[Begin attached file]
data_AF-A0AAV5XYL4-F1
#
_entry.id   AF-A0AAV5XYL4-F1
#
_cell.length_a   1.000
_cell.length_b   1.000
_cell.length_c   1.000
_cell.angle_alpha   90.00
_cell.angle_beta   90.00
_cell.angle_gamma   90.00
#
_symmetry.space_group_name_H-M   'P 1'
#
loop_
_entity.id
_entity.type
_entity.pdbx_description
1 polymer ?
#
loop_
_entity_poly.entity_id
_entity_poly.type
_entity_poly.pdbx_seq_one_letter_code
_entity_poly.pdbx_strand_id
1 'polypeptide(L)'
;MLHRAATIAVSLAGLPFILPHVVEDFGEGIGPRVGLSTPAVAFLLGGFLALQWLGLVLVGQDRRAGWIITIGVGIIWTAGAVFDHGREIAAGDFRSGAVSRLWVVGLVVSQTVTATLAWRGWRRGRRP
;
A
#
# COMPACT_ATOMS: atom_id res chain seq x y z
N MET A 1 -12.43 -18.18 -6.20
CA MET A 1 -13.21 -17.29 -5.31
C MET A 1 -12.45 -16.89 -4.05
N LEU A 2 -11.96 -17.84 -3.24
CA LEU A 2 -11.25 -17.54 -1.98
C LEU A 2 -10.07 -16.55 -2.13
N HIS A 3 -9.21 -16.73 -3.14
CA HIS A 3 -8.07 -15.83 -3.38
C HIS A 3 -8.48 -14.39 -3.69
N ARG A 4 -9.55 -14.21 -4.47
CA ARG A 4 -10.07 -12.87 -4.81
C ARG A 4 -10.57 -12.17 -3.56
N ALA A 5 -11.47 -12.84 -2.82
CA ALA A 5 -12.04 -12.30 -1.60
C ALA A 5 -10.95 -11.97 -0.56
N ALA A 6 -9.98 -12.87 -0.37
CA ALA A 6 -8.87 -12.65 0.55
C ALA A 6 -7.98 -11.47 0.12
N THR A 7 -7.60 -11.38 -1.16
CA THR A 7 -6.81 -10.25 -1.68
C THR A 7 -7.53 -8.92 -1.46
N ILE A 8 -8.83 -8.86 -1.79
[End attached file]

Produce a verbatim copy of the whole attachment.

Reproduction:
data_AF-A0AAV5XYL4-F1
#
_entry.id   AF-A0AAV5XYL4-F1
#
_cell.length_a   1.000
_cell.length_b   1.000
_cell.length_c   1.000
_cell.angle_alpha   90.00
_cell.angle_beta   90.00
_cell.angle_gamma   90.00
#
_symmetry.space_group_name_H-M   'P 1'
#
loop_
_entity.id
_entity.type
_entity.pdbx_description
1 polymer ?
#
loop_
_entity_poly.entity_id
_entity_poly.type
_entity_poly.pdbx_seq_one_letter_code
_entity_poly.pdbx_strand_id
1 'polypeptide(L)'
;MLHRAATIAVSLAGLPFILPHVVEDFGEGIGPRVGLSTPAVAFLLGGFLALQWLGLVLVGQDRRAGWIITIGVGIIWTAGAVFDHGREIAAGDFRSGAVSRLWVVGLVVSQTVTATLAWRGWRRGRRP
;
A
#
# COMPACT_ATOMS: atom_id res chain seq x y z
N MET A 1 -12.43 -18.18 -6.20
CA MET A 1 -13.21 -17.29 -5.31
C MET A 1 -12.45 -16.89 -4.05
N LEU A 2 -11.96 -17.84 -3.24
CA LEU A 2 -11.25 -17.54 -1.98
C LEU A 2 -10.07 -16.55 -2.13
N HIS A 3 -9.21 -16.73 -3.14
CA HIS A 3 -8.07 -15.83 -3.38
C HIS A 3 -8.48 -14.39 -3.69
N ARG A 4 -9.55 -14.21 -4.47
CA ARG A 4 -10.07 -12.87 -4.81
C ARG A 4 -10.57 -12.17 -3.56
N ALA A 5 -11.47 -12.84 -2.82
CA ALA A 5 -12.04 -12.30 -1.60
C ALA A 5 -10.95 -11.97 -0.56
N ALA A 6 -9.98 -12.87 -0.37
CA ALA A 6 -8.87 -12.65 0.55
C ALA A 6 -7.98 -11.47 0.12
N THR A 7 -7.60 -11.38 -1.16
CA THR A 7 -6.81 -10.25 -1.68
C THR A 7 -7.53 -8.92 -1.46
N ILE A 8 -8.83 -8.86 -1.79